My early research focused on Multiple Intelligences theory (Gardner, 1993), and I maintain an interest in cognitive abilities. As far as I know, I conducted the first empirical investigation of all eight of Gardner's proposed intelligences (Visser, Ashton, & Vernon, 2006a). In this study, I found that performance on tests of the "intelligences" was positively inter-correlated, and most loaded onto a general ability factor. Gardner has contended that I completely missed the point of his theory (Gardner, 2006), but I maintain that to be a scientific theory, it must be falsifiable (Visser, Ashton, & Vernon, 2006b). Now that I've had some distance from this project, I am finding myself tempted to have another kick at the can. For example, my collaborators and I (Ashton, Lee, & Visser, 2014a, b, and c) have engaged in a spirited and respectful exchange with Hampshire et al. (2014 a and b) around their recent challenge to the concept of general intelligence.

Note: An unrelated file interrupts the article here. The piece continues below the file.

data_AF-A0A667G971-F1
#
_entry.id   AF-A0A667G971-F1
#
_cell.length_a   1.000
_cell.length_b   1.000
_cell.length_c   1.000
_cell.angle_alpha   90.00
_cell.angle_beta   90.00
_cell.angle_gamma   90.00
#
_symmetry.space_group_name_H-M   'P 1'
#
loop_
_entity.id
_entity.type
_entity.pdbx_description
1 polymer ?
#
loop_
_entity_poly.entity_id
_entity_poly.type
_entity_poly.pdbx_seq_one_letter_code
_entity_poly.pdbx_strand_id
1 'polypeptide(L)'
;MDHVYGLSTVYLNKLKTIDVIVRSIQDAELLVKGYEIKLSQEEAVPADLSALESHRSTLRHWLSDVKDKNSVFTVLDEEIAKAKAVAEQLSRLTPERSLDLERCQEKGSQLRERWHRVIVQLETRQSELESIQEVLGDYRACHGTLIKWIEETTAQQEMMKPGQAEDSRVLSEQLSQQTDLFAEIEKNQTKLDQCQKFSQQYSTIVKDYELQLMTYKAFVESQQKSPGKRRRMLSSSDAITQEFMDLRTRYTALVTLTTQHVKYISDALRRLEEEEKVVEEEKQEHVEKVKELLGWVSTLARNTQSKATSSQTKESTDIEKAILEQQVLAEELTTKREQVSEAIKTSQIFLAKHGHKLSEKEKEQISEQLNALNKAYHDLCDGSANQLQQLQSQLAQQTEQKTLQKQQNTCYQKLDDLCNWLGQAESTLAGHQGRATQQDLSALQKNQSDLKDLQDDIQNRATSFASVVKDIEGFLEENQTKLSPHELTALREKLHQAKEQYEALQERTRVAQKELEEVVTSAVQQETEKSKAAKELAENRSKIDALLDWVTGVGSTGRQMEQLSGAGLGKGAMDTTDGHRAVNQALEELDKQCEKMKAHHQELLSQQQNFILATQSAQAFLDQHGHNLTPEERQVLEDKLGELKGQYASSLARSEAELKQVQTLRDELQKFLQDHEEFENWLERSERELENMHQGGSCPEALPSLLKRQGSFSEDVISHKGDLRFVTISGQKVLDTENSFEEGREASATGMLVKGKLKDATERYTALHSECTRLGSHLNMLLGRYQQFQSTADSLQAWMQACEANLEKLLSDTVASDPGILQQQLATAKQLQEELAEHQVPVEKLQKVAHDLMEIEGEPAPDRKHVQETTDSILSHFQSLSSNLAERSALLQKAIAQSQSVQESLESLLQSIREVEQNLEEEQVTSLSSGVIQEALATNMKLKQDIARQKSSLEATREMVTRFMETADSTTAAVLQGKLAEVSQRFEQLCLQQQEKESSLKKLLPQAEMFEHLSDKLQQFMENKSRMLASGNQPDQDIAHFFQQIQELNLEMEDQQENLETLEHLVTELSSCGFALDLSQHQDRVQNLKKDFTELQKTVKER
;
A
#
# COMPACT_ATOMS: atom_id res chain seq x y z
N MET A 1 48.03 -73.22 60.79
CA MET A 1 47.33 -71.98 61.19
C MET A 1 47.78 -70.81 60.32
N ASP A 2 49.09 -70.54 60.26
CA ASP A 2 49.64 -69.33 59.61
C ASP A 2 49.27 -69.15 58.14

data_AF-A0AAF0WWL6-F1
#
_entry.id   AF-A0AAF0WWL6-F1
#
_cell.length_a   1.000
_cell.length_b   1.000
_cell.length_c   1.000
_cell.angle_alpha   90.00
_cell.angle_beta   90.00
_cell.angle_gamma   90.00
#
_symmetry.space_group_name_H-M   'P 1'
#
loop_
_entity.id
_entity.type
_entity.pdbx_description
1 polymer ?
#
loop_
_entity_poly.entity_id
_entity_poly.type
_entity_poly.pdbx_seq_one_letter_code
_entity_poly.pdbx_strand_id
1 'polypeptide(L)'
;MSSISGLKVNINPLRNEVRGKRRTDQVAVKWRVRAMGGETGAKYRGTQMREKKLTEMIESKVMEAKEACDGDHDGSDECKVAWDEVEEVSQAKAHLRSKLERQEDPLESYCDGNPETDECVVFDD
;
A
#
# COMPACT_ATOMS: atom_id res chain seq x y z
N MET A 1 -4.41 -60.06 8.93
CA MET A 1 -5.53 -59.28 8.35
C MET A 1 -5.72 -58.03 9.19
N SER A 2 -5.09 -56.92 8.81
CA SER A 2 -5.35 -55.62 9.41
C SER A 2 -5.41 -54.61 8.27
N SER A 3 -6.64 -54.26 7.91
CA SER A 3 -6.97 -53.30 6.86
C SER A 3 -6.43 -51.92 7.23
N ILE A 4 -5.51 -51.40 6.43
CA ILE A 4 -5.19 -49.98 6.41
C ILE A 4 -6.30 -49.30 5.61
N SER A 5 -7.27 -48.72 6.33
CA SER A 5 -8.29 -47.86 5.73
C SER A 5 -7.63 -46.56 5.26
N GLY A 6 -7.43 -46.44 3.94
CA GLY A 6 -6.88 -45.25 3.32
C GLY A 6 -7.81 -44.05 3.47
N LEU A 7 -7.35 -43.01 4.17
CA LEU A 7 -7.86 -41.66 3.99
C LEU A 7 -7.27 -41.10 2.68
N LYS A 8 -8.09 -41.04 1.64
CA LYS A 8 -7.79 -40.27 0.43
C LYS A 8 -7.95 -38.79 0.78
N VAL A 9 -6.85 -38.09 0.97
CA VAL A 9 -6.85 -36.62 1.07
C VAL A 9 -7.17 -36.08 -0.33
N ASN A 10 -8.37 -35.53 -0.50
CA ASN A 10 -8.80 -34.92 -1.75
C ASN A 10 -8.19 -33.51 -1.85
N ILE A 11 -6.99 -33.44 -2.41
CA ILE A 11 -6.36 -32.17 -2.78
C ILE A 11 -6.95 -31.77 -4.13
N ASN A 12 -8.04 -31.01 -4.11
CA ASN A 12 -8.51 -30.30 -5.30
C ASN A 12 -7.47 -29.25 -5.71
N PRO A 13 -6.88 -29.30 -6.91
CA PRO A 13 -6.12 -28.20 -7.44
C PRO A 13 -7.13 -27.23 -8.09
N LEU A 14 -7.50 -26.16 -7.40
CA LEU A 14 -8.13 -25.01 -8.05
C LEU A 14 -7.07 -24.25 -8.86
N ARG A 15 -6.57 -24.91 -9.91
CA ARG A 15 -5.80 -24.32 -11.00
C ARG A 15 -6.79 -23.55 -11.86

Also in relation to cognitive abilities, I have published work on the relationship of self-estimates of multiple intelligences to actual performance on these same abilities (Visser, Ashton, & Vernon, 2008), as well as projects related to Musical Intelligence (Visser, 2009) and Emotional Intelligence (Cook, Bay, Visser, Myburgh, & Njoroge, 2011; Visser, Bay, Cook, & Myburgh, 2010).